In California, water cuts disappoint cities that spent heavily to prepare for drought



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SAN DIEGO — In California's second-largest city, memories are still fresh of a devastating drought 25 years ago that saw the area's water supplies slashed by about a third.

Billions of dollars were invested to prepare for the next drought, an effort that included building the Western hemisphere's largest desalination plant, which opens this fall.

Yet the moves count for nothing under sweeping statewide cuts to urban water use approved this week that require hundreds of cities, counties and local agencies to reduce consumption between 8 percent and 36 percent from 2013 levels, starting June 1. The largest per-capita users must make the biggest percentage cuts, no matter how and where they get their water.

San Diego isn't the only place complaining. The Orange County Water District, which serves 2.4 million people near Los Angeles, wanted credit for sending wastewater through ground basins for drinking. It started recycling water in 2008 and is boosting production to 100 million gallons a day from 70 million.

San Diego, which imports nearly all of its water, launched its quest for water independence in 1991, after the Metropolitan Water District of Southern California said it was cutting deliveries in half. Metropolitan, a giant wholesaler based in Los Angeles, supplied 95 percent of San Diego's water at the time.

Surprise rains reduced the cut to 31 percent, which lasted 13 months. Still, businesses led by the city's biotech industry demanded change.

"That really was a wakeup call," said Dana Friehauf, water resources manager for the San Diego County Water Authority, which supplies 3.1 million people in the city of San Diego and its suburbs. "We heard loud and clear from residents and businesses in San Diego County that we needed to take action to avoid that from happening again."

Metropolitan now supplies less than half of San Diego's water and will deliver less than a third in 2020. But the diversification has been costly.

In 2003, San Diego began buying water from California's Imperial Valley in the nation's largest farm-to-city water transfer, a move that San Diego leaders said would offer protection during drought because Imperial Valley's senior rights to Colorado River water put them at the front of the line.

In 2012, San Diego sought more protection by agreeing to buy water from a $1 billion desalination plant in suburban Carlsbad. The hemisphere's largest such plant will produce 50 million gallons a day by 2020, enough to satisfy 7 percent of regional demand. It will raise the region's average residential water bill by $5 to $7 a month.

San Diego's march to independence earned little sympathy from the State Water Resources Control Board, which approved the cuts to achieve Gov. Jerry Brown's target of reducing urban water use 25 percent. Board officials say those who prepared for drought will be better off in the long run.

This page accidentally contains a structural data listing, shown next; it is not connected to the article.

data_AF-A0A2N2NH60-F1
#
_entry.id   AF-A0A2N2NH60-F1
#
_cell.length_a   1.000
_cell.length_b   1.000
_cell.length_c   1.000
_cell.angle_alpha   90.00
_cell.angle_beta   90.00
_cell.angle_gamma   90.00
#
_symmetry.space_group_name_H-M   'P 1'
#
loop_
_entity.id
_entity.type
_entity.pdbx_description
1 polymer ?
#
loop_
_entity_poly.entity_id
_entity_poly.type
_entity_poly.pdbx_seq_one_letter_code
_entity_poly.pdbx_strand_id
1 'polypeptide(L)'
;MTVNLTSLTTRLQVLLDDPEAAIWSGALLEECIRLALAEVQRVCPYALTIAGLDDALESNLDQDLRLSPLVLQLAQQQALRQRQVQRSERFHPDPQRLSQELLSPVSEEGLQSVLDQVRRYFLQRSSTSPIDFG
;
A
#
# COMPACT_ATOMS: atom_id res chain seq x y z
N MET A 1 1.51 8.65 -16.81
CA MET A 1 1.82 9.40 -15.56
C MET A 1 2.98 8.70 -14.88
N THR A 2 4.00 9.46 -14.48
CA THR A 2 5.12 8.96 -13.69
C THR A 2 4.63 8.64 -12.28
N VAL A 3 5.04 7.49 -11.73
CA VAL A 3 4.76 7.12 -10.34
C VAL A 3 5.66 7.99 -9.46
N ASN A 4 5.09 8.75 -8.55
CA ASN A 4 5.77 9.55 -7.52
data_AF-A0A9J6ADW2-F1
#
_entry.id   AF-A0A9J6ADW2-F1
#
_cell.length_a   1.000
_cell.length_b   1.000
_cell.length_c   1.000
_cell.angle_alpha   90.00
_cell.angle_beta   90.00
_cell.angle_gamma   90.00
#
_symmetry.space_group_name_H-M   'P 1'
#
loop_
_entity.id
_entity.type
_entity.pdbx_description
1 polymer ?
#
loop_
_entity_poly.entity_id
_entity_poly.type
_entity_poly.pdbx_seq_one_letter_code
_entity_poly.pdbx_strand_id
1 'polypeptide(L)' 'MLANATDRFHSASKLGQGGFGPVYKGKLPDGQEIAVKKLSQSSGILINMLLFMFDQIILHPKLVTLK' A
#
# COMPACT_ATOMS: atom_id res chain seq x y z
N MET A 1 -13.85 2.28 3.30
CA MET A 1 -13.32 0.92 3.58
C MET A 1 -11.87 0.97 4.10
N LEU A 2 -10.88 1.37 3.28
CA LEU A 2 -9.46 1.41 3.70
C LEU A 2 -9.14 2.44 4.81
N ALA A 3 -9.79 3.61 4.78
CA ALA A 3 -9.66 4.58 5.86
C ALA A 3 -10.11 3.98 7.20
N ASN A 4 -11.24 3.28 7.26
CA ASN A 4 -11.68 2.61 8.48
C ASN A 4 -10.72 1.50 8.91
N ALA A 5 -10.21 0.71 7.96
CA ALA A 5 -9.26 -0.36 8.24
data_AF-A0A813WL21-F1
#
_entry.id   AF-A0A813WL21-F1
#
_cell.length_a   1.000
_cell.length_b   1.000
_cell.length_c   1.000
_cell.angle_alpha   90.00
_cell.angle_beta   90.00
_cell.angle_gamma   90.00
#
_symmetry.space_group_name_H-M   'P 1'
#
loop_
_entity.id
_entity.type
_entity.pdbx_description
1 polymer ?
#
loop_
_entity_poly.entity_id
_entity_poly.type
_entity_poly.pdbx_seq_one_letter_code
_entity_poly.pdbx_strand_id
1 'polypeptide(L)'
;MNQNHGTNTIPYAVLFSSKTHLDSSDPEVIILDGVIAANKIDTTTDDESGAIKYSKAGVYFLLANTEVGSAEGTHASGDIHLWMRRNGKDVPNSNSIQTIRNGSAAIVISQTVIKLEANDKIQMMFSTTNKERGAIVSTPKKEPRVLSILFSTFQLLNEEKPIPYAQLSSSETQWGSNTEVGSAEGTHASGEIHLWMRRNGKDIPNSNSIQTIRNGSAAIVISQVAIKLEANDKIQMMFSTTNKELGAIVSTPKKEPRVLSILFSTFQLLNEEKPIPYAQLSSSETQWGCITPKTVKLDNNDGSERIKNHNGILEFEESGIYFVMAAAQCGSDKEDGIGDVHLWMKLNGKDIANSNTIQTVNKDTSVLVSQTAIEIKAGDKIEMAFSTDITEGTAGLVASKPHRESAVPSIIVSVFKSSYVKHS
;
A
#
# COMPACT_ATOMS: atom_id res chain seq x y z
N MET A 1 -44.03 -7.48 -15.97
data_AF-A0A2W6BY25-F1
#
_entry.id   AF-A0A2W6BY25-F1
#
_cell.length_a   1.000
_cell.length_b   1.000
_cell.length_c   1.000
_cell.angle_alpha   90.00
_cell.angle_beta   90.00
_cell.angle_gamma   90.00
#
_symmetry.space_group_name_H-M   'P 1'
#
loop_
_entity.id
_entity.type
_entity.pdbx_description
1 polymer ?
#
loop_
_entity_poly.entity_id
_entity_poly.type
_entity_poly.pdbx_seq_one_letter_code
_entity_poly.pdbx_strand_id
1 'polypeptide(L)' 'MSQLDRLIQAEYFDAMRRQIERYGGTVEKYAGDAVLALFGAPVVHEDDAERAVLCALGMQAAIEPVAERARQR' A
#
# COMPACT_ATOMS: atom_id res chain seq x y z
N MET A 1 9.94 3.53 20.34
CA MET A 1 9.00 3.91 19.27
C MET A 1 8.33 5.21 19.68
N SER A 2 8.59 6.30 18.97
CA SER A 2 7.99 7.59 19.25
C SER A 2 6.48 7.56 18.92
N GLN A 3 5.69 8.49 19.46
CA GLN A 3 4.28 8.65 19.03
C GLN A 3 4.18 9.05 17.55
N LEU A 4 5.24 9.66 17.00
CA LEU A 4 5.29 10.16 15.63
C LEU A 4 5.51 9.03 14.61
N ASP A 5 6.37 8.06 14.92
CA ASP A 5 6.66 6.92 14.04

"This is not about being fair, giving kudos for past performance," said board Chairwoman Felicia Marcus. "This is about dealing with what is an emergency out in front of us that may not be right here, but we can see coming at us."

In November, the city of San Diego moved ahead on a $2.5 billion plan to recycle 83 million gallons of wastewater a day for drinking by 2035, about one-third of the city's supply. It warns, however, that public support may wane if cities don't get credit for such investments.

"The frustrating thing is it feels we have done the right things, invested in the right things and tried to be very responsible," said Mark Cafferty, chief executive of the San Diego Regional Economic Development Corp., a business coalition.

"I absolutely agree with the narrative" to diversify supplies, said Mayor Steve Vaus of Poway, a San Diego suburb that must cut use 32 percent. "The problem is that, to date, it has fallen on deaf ears."

Steve Erie, a political science professor at University of California, San Diego, said the cuts "absolutely blindsided" the region, which erred by locking in long-term contracts for desalinated water and with the Imperial Valley deal.

"They were overeager investors," he said. "It's a failure of planning."

Many San Diego government officials and business leaders insist it is a temporary setback. They say any unused water can be stored in a newly retrofitted dam and tapped if drought persists.

Gary Arant, general manager of Valley Center Municipal Water District, said state regulators had to act quickly. His agency, which serves homes with fruit trees on large lots north of San Diego, must cut use 36 percent.

"In the short term, the investment hasn't worked out as we hoped," he said. "We think, in the long term, the San Diego region will be better off."


Associated Press writer Fenit Nirappil in Sacramento contributed to this report.

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